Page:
Character of mainstream vouchers and new admissions – HUD clarified that mainstream vouchers are regular housing choice vouchers with special eligibility criteria and that awarded vouchers are for new admissions. With respect to the former clause, mainstream vouchers should be treated as regular voucher assistance and program participants should not be treated differently than program participants in the regular housing choice voucher program. Additionally, PHAs must lease awarded vouchers by pulling mainstream-eligible applicants from the waiting list. Housing agencies may not reassign existing participants to the mainstream program to “free up” regular housing choice vouchers.

Waiting list administration – PHAs must maintain one waiting list for all tenant-based assistance, including mainstream voucher assistance. See 24 CFR 982.204(f). In applying for the notice of funding availability (NOFA), if your PHA claimed points for a preference, then it must adopt the preference for one of the targeted groups served by mainstream vouchers. Housing agencies may limit the number of people who will qualify for a preference. See 24 CFR 982.207(a)(3). Housing agencies may adopt criteria defining which families may apply for assistance when opening their waiting lists (PHAs must comply with requirements to provide public notice and accept applications from families for whom the wait list has been opened). See 24 CFR 982.206(b)(1). Housing agencies must have written policies for how preferences will be applied (either first-come, first-served or by random selection). See 24 CFR 982.207(c). Finally, housing agencies may do a full waiting list update or a limited update.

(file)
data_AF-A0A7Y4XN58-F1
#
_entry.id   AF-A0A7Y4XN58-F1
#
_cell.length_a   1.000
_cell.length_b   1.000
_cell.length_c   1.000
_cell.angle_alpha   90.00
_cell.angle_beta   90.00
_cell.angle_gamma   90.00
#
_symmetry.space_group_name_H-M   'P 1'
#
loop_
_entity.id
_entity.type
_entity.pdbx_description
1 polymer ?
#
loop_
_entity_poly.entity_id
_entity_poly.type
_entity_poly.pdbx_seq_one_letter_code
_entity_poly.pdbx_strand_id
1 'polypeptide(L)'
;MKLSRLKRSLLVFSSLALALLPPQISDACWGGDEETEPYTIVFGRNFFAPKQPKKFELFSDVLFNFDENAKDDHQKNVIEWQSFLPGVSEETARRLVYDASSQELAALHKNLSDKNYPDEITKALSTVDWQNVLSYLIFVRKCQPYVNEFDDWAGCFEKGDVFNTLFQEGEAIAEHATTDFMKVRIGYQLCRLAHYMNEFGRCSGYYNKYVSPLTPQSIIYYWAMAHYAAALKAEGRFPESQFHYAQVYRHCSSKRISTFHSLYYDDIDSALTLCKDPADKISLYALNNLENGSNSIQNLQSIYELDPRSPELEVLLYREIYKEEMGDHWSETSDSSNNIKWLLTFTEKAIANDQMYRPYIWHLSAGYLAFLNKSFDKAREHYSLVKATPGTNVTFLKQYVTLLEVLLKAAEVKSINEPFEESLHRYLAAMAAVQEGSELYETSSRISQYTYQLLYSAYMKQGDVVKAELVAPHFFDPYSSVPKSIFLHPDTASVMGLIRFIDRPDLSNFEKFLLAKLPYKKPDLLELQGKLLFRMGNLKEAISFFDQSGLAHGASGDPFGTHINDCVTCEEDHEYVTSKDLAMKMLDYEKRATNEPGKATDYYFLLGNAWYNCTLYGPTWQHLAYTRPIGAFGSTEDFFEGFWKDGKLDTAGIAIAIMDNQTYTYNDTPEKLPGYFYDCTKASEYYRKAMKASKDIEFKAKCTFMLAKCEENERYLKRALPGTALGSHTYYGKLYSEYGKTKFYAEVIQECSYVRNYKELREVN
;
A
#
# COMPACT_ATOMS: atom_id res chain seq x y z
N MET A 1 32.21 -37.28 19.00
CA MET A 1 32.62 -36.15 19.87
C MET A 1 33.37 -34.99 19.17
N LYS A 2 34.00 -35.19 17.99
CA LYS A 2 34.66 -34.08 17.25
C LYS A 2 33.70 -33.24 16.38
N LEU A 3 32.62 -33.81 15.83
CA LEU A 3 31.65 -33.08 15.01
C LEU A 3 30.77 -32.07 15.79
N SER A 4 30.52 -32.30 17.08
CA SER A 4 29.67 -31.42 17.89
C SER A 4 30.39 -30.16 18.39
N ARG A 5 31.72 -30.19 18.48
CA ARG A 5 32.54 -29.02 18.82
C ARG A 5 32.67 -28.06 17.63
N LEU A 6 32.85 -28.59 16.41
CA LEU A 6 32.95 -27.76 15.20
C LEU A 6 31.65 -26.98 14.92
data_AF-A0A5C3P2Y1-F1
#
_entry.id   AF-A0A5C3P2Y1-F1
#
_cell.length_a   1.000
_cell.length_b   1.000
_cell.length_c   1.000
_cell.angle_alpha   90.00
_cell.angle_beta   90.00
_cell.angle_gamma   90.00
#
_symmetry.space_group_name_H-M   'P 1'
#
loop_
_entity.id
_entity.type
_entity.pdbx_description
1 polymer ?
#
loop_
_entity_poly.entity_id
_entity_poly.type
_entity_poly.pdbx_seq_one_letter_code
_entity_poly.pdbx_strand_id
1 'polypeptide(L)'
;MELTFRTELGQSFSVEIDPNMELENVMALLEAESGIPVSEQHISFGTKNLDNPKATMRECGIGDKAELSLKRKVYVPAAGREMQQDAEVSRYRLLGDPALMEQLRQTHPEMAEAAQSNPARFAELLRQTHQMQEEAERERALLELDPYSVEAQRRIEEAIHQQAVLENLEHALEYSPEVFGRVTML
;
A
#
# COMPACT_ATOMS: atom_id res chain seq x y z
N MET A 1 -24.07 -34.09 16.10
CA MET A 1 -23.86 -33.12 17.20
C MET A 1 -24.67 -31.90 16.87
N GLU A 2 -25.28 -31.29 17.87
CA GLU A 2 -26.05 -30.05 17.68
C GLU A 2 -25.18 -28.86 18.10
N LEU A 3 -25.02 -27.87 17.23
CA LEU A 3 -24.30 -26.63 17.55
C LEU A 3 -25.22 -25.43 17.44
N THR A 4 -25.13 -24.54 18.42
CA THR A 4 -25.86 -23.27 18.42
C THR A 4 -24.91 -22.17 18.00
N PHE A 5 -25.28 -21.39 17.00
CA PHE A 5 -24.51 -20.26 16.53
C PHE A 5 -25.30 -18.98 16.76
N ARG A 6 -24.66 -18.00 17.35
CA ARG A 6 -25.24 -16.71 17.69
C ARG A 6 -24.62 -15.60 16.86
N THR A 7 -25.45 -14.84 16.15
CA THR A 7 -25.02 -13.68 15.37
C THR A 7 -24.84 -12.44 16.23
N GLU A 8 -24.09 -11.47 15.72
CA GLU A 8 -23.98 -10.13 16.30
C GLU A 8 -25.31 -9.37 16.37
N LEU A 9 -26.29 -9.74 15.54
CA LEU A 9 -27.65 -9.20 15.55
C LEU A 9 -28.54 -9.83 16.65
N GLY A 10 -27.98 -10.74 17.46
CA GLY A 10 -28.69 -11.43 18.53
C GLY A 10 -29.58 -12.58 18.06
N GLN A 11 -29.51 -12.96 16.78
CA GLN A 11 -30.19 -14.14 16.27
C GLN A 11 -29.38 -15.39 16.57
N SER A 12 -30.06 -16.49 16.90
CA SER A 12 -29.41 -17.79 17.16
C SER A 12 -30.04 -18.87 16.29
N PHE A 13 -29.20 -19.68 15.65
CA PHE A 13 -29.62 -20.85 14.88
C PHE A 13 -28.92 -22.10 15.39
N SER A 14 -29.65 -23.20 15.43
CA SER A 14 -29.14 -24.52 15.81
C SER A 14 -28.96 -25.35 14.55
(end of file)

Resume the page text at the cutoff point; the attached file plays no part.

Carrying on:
The full notice can be found here.

 

HUD Publishes Guidance on (S. 2155) Economic Growth, Regulatory Relief, and Consumer Protection Act

(2/14/19 Update – the copy below is a pre-publication copy of the notice. The final copy published in the Federal Register today can be found here. Comments are due by April 15, 2019.)

Earlier today, HUD published in the Federal Register a notice titled “Section 209 of the Economic Growth, Regulatory Relief, and consumer Protection Act: Initial Guidance.” The act added section 38 to the United States Housing Act of 1937 which require amendments to regulations that govern small public housing agencies (PHAs) that administer 550 or fewer combined public housing units and vouchers that predominately operate in a rural area and certain other regulations.